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HealthMost Popular‘When The Doctor Told Me I Had Mouth Cancer All I Heard Was White Noise’ – Woman Who Had Her Tongue Removed To Fight Cancer Now Has A New One – Made From Her ARM

‘When The Doctor Told Me I Had Mouth Cancer All I Heard Was White Noise’ – Woman Who Had Her Tongue Removed To Fight Cancer Now Has A New One – Made From Her ARM

A mum who had to have her tongue removed to fight cancer has told how she got a new one — made from her ARM.

Stephanie Wigglesworth, 36, was diagnosed with Squamous Cell Carcinoma after noticing a tiny ulcer on her tongue which started to tingle before becoming numb.

She underwent a six-four procedure where surgeons cut through her neck, sliced her tongue straight down the middle and removed half of it.

They constructed a new one using skin, muscle and a long vein from her left arm.

The PA now has to be fed through a tube in her throat, and can’t talk as easily as before, but is cancer free – and able to enjoy a cup of tea.

Stephanie, from Aylesbury, Buckinghamshire, said: “The surgery was long and I was exhausted when I finally woke up.

“My arm, where the skin was removed, hurt more than my mouth, which I couldn’t believe.

“All my friends and family know I’m a positive person.

“When you get cancer, it’s like you’re being forced into a club that you don’t want to join.

“I want my old voice back, but I can’t, so I just have to accept it.”

Stephanie had a reoccurring ulcer on her tongue, but she ignored it until it started tingling and feeling numb in January, 2013.

She had also been suffering from painful migraines.

After taking herself off to bed early one day from the pain, she knew she had to visit her GP.

She said: “I went to my out of hours doctor in February 2013 and I was originally told that I was suffering from Transient ischemic attack (TIA) which is like a stroke.

“I went straight to hospital where I had lots of scans, but they came back as inconclusive.

“I was sent home as they didn’t see anything suspicious, but I wasn’t happy.”

She Goggled her symptoms at home and was guided to pages about tongue cancer.

“It sounded like I might have it and I read that the survival rate was as low as 50 percent – it was the final straw,” she said.

“I called my neurologist and insisted that I was checked over.”

She had a biopsy and feared the worst when she was called into Peterborough Hospital to receive the results.

Despite the most common demographic for those suffering from mouth cancer being men over 45, Stephanie was told she had the disease when she was just 30.

Stephanie said: “I knew it was really bad because they insisted my husband Gary, 40, and my kids, Kieran, 14, and Daisy, eight, come into the room with me.

“When the doctor told me I had mouth cancer all I heard was white noise.

“I just knew, I had a gut feeling that I had cancer. And I was right.

‘I still have nightmares about it.

“I was a smoker so I felt like I deserved it, but I just wanted to stick around for my children to remember me.

“As soon as the doctor mentioned the word cancer, I told him not to say anymore until my kids were out of the room. I didn’t want them to be there for that.”

Doctors decided the best course of action was to remove the cancerous part of Stephanie’s tongue, on May 16, 2013.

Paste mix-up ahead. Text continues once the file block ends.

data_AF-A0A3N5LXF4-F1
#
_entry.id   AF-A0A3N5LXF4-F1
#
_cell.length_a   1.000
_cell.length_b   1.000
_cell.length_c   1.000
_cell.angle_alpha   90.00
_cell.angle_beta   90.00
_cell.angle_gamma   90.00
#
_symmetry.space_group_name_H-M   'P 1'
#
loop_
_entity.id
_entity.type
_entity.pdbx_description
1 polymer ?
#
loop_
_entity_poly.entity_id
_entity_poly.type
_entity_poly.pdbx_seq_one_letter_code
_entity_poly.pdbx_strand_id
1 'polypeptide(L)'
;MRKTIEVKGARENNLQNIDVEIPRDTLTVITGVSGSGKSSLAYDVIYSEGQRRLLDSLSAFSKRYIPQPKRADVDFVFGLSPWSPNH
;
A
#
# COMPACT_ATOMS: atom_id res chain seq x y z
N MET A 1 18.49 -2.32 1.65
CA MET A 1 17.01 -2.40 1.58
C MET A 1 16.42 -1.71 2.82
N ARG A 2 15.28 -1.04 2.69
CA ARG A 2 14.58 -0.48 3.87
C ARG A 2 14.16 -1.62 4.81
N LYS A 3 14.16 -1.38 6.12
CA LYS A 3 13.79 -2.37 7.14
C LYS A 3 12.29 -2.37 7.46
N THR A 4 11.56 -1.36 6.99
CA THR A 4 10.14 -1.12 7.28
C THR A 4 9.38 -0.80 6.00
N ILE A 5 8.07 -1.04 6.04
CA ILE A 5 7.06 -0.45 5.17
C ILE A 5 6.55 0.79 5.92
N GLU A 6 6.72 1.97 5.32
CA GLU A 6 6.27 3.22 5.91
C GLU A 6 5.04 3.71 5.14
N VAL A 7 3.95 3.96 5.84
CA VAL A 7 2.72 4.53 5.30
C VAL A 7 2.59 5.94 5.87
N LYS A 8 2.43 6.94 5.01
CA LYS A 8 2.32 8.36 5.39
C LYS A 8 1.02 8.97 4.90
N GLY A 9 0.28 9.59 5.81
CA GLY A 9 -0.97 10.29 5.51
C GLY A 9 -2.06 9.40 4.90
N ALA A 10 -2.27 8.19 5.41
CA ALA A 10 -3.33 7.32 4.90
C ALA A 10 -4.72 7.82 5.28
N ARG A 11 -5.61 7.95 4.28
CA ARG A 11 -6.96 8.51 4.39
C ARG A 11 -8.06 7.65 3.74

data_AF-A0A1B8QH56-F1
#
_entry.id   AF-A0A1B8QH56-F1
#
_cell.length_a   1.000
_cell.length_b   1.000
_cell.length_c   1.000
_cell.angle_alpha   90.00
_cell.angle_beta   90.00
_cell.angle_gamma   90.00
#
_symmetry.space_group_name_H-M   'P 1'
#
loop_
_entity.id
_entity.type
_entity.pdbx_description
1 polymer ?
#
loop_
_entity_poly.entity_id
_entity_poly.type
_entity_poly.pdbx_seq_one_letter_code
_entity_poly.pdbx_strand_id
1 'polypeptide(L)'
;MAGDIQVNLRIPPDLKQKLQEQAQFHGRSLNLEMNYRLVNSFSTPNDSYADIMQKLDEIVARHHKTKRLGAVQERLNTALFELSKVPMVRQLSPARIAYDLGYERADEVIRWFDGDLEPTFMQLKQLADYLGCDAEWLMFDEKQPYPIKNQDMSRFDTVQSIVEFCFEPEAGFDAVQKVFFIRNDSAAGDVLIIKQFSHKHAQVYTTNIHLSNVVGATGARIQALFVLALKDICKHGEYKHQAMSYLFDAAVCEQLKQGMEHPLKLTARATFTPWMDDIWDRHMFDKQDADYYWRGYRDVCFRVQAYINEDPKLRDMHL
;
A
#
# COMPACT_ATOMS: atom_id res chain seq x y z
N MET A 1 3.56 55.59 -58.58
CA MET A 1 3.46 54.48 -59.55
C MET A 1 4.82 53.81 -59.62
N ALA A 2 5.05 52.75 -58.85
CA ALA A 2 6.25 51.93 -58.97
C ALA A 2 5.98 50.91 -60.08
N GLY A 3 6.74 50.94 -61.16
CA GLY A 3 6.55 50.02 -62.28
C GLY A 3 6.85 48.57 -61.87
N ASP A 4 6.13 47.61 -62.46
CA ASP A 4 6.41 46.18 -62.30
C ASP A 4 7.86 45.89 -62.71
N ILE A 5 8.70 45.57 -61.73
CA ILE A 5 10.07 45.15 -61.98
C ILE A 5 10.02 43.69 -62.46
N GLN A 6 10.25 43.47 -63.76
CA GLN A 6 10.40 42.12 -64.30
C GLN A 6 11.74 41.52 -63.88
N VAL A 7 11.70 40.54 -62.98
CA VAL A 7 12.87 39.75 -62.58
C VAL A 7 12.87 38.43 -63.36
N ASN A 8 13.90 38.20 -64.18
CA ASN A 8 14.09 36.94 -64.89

Stephanie had a neck dissection – she was cut from her chin to her neck, and then around to her left ear – to give doctors access to her mouth and throat.

A large section of skin was removed from Stephanie’s left forearm and used to recreate a new tongue.

A vein was also removed from her arm, to ensure her tongue could move.

She said: “I woke up with a breathing tube and I still have nightmares about that.

“The sensation of my body breathing, whilst I wasn’t actually breathing was terrifying and surreal.

“I remember waking up and feeling my breathing tube being pulled at – that still haunts me to this day.”

Six days later the breathing tube was removed and 40 staples were put into Stephanie’s neck.

Stephanie suffered from nerve damage.

Gary’s work in the military permitted him compassionate leave, meaning he could stay at home with Stephanie and help her on the road to recovery.

“We told Kieran that his mummy had cancer, but that it wasn’t going to kill me, it just needed to be taken away,” she said.

“Luckily Daisy was so young that she didn’t understand anything except from ‘Mumma’s got an ouchie’,” she said.

A check-up scan detected the cancer had spread to lymph nodes in her throat.

She had to have 35 sessions of radiotherapy – every day for six weeks.

She said: “It was a real blow.

“The first few sessions were fine, but after a while I was exhausted.

“My friends and Gary took it in turns to drive me to the hospital, while I just collapsed in the back of the car, wrapped in a duvet.”

Stephanie lost her voice, and lives with croaky speech, which means it is hard for her to speak on the phone.

Despite her tough journey and the painful procedures she has undergone, Stephanie stays positive.

A permanent feeding tube was inserted into Stephanie’s stomach, meaning she can’t eat food.

She can drink, and has continued drinking cups of tea throughout the whole process.

She said: “I can’t help it, I love tea.

“I miss all of the lovely food we used to eat as a family – steaks and sandwiches.

“I’m a really positive person, so although the treatment was difficult, I’ve come out smiling and grateful.”

Stephanie writes a blog entitled ‘My Cancer and Me’.

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